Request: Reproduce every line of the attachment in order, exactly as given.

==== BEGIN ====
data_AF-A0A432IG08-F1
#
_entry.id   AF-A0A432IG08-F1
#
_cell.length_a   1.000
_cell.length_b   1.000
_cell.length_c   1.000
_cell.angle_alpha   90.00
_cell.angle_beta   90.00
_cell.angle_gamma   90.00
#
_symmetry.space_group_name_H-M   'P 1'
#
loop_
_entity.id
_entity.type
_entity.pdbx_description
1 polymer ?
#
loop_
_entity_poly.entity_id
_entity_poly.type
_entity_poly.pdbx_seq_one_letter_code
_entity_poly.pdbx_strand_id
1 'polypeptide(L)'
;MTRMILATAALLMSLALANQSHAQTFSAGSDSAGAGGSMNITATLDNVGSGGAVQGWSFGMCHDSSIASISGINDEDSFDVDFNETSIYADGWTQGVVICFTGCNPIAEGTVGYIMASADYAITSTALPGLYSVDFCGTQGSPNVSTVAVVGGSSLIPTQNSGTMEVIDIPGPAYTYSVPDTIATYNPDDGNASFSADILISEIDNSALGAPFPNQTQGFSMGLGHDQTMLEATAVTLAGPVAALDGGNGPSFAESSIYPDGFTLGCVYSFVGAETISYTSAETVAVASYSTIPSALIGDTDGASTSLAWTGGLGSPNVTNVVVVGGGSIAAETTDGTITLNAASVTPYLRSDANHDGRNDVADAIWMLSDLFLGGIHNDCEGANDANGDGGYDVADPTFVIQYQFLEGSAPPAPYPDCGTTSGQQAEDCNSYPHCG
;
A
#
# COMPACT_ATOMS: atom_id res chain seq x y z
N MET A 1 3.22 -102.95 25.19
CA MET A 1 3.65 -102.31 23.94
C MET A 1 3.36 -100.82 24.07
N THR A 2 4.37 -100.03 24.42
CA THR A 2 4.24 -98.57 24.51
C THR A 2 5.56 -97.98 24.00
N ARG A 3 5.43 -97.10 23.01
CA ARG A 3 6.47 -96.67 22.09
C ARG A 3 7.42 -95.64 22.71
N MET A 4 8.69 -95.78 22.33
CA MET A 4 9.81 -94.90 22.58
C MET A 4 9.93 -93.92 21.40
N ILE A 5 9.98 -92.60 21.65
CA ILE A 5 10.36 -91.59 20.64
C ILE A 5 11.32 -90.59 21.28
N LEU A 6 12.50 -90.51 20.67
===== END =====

data_AF-A0A432IG08-F1
#
_entry.id   AF-A0A432IG08-F1
#
_cell.length_a   1.000
_cell.length_b   1.000
_cell.length_c   1.000
_cell.angle_alpha   90.00
_cell.angle_beta   90.00
_cell.angle_gamma   90.00
#
_symmetry.space_group_name_H-M   'P 1'
#
loop_
_entity.id
_entity.type
_entity.pdbx_description
1 polymer ?
#
loop_
_entity_poly.entity_id
_entity_poly.type
_entity_poly.pdbx_seq_one_letter_code
_entity_poly.pdbx_strand_id
1 'polypeptide(L)'
;MTRMILATAALLMSLALANQSHAQTFSAGSDSAGAGGSMNITATLDNVGSGGAVQGWSFGMCHDSSIASISGINDEDSFDVDFNETSIYADGWTQGVVICFTGCNPIAEGTVGYIMASADYAITSTALPGLYSVDFCGTQGSPNVSTVAVVGGSSLIPTQNSGTMEVIDIPGPAYTYSVPDTIATYNPDDGNASFSADILISEIDNSALGAPFPNQTQGFSMGLGHDQTMLEATAVTLAGPVAALDGGNGPSFAESSIYPDGFTLGCVYSFVGAETISYTSAETVAVASYSTIPSALIGDTDGASTSLAWTGGLGSPNVTNVVVVGGGSIAAETTDGTITLNAASVTPYLRSDANHDGRNDVADAIWMLSDLFLGGIHNDCEGANDANGDGGYDVADPTFVIQYQFLEGSAPPAPYPDCGTTSGQQAEDCNSYPHCG
;
A
#
# COMPACT_ATOMS: atom_id res chain seq x y z
N MET A 1 3.22 -102.95 25.19
CA MET A 1 3.65 -102.31 23.94
C MET A 1 3.36 -100.82 24.07
N THR A 2 4.37 -100.03 24.42
CA THR A 2 4.24 -98.57 24.51
C THR A 2 5.56 -97.98 24.00
N ARG A 3 5.43 -97.10 23.01
CA ARG A 3 6.47 -96.67 22.09
C ARG A 3 7.42 -95.64 22.71
N MET A 4 8.69 -95.78 22.33
CA MET A 4 9.81 -94.90 22.58
C MET A 4 9.93 -93.92 21.40
N ILE A 5 9.98 -92.60 21.65
CA ILE A 5 10.36 -91.59 20.64
C ILE A 5 11.32 -90.59 21.28
N LEU A 6 12.50 -90.51 20.67